“The party moving for summary judgment has the burden of clearly establishing the lack of any triable issue of fact by the record properly before the court. His papers are carefully scrutinized; and those of the opposing party are on the whole indulgently regarded.” 6 Moore, Federal Practice, § 56.15 , at p. 2439 (2d ed. 1971). See also Kessing v. Mortgage Corp., supra; Gordon, “The New Summary Judgment Rule in North Carolina,” 5 Wake Forest Intramural Law Review 94.
 Plaintiff’s case on appeal presents 34 assignments of error which fail to “pin-point” the question for decision. Rule 19(3) of the Rules of Practice of this Court requires that the appellant group his exceptions and state clearly and briefly his individual assignments of error. Gilbert v. Moore, 268 N.C. 679, 151 S.E. 2d 577; Long v. Honeycutt, 268 N.C. 33, 149 S.E. 2d 579. Appellant neglected to do this. Therefore, in order to apply the above-stated and other pertinent principles of law to the facts of this case, we have categorically grouped plaintiff’s allegations and evidence and defendants’ evidence for purpose of considering the sole question presented by this appeal, i.e., did the trial judge correctly allow defendants’ motion for summary judgment?
Plaintiff contends that defendants’ attempted purchase of the property described in the options was arbitrary, capricious and in abuse of their discretion because of the location of the property. In support of this contention he alleges that more suitable land could be obtained for less consideration; that the land is not accessible to public transportation facilities, public recreation areas, commercial areas, and schools; that defendants misrepresented the location of schools to the Department of Housing and Urban Development, and generally that the land *466is located in an otherwise undesirable commercial and industrial section of the city.
Plaintiff offered no evidence to support these allegations and this general contention.
 A housing authority is by statute given wide discretionary power in the selection of a site for a low-rent housing project, and the exercise of this discretionary power may not ordinarily become an issuable question, determinable by the court, except upon allegations of arbitrary and capricious conduct amounting to an abuse of discretion. Housing Authority v. Wooten, 257 N.C. 358, 126 S.E. 2d 101; Philbrook v. Housing Authority, 269 N.C. 598, 153 S.E. 2d 153.
Defendants offered evidence by affidavit, in proper form, and by exhibits which tended to show that the site plan had been submitted to and approved by the Asheville Planning and Zoning Commission; that the City Council of Asheville, after holding a duly advertised public hearing, accepted and approved the site plan; that the site plan was submitted to and approved by the Department of Housing and Urban Development.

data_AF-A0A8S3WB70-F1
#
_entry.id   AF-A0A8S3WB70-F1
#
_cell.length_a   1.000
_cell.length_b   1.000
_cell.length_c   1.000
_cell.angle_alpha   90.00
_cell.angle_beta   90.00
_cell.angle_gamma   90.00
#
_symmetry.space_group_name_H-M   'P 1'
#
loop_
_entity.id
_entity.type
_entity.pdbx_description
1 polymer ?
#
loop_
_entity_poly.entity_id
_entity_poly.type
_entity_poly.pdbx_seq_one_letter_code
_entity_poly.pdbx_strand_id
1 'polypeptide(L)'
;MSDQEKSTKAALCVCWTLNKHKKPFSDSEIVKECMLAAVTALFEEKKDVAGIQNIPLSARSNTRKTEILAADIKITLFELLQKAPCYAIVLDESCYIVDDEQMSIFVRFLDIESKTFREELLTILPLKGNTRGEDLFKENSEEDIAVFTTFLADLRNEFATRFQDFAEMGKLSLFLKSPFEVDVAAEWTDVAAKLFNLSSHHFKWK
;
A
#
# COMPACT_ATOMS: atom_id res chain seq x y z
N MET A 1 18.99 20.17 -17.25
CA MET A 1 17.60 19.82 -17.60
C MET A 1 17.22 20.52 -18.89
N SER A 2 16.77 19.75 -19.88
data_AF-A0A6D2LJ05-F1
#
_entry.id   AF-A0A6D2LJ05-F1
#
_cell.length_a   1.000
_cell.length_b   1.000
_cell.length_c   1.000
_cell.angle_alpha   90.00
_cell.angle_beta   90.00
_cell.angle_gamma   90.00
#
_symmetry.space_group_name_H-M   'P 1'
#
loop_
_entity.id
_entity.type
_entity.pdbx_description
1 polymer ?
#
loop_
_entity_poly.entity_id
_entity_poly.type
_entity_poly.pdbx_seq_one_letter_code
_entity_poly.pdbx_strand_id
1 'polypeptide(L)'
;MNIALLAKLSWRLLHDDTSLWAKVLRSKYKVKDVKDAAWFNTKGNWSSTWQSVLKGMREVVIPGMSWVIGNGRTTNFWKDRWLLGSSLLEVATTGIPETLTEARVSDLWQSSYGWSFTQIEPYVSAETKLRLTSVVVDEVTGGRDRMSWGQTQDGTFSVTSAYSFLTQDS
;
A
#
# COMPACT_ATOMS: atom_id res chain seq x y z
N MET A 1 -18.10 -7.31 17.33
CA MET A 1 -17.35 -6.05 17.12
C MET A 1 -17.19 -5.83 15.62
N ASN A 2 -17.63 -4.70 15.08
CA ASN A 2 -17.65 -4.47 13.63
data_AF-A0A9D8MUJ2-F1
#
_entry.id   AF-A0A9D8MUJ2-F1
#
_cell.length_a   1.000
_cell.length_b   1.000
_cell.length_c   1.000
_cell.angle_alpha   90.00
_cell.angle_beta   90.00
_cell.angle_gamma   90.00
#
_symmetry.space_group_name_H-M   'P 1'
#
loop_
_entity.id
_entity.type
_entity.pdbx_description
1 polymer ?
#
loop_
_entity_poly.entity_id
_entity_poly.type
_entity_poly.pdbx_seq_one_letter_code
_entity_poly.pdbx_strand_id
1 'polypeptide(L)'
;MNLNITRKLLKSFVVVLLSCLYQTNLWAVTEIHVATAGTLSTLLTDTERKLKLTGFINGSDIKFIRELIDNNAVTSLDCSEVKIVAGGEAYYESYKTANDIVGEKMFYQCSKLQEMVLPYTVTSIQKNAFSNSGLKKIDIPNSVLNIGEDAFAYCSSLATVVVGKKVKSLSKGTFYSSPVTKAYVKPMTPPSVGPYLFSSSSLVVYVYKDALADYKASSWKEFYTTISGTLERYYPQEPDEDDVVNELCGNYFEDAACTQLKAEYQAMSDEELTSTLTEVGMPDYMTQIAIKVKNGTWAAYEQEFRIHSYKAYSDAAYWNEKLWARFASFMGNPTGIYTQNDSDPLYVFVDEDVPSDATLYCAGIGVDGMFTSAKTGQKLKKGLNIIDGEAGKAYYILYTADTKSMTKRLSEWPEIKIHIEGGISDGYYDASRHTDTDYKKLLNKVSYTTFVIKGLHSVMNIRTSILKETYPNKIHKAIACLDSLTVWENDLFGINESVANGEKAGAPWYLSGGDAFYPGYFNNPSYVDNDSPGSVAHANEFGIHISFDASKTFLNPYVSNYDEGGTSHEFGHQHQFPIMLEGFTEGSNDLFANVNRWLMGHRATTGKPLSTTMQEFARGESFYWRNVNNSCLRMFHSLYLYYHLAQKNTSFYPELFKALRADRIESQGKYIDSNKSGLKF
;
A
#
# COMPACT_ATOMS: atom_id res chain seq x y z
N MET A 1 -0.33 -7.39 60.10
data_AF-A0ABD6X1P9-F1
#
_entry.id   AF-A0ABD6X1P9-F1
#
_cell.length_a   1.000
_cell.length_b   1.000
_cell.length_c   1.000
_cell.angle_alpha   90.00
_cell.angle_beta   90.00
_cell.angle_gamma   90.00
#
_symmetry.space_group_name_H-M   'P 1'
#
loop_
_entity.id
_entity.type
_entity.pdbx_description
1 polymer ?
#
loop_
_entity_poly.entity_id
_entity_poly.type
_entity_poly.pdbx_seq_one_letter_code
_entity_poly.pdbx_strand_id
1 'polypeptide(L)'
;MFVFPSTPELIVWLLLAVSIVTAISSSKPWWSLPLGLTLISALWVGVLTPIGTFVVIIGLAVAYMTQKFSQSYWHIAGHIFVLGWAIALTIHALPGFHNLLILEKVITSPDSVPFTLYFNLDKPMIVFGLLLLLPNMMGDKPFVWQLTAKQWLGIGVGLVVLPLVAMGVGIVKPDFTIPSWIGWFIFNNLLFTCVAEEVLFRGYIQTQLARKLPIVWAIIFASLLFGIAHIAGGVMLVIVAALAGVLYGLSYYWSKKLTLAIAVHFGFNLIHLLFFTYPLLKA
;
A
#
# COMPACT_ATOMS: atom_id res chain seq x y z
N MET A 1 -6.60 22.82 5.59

Defendants offered an affidavit based on the personal knowledge of the affiant and other exhibits', all of which tended to refute plaintiff’s allegations that defendants acted capriciously, arbitrarily and in abuse of their discretion in selecting the location for the low-rent housing project. Plaintiff offered no evidentiary response which would raise an issue for trial.
A number of plaintiff’s allegations in the Amended Complaint are directed to the contention that defendants arbitrarily and capriciously abused their discretion by contracting to pay an amount in excess of the appraised value of the property. A typical allegation of this contention is as follows:
(14) That the defendants as required by law could not pay over and above the appraisal price for said real estate and knew or should have known the same because of the receipt of an appraisal report from Allen Butterworth dated November 17, 1969; and although the defendants were in receipt of said appraisal report entered into a contract accepted December 12, 1969, by their executive director agreeing to pay an amount in excess of the appraisal price; that at the time the defendants agreed to *467pay an unlawful sum in excess of the appraisal price of $35,000.00, the defendants were in receipt and had knowledge of an estimate as follows: That it would cost $380.00 to clear the land for the said project; a cost of $4,740.00 for stripping the topsoil; a cost of $37,200.00 for grading the material left on the site; and the sum of $37,500.00 for the cost of filling the rough grade from materials off the site location; and that the cost for providing sanitary sewer would require the sum of $23,715.00; and the cost of $42,618.00 for providing storm sewers; and that the total cost of said land before any improvements are added for public housing would be $187,403.00.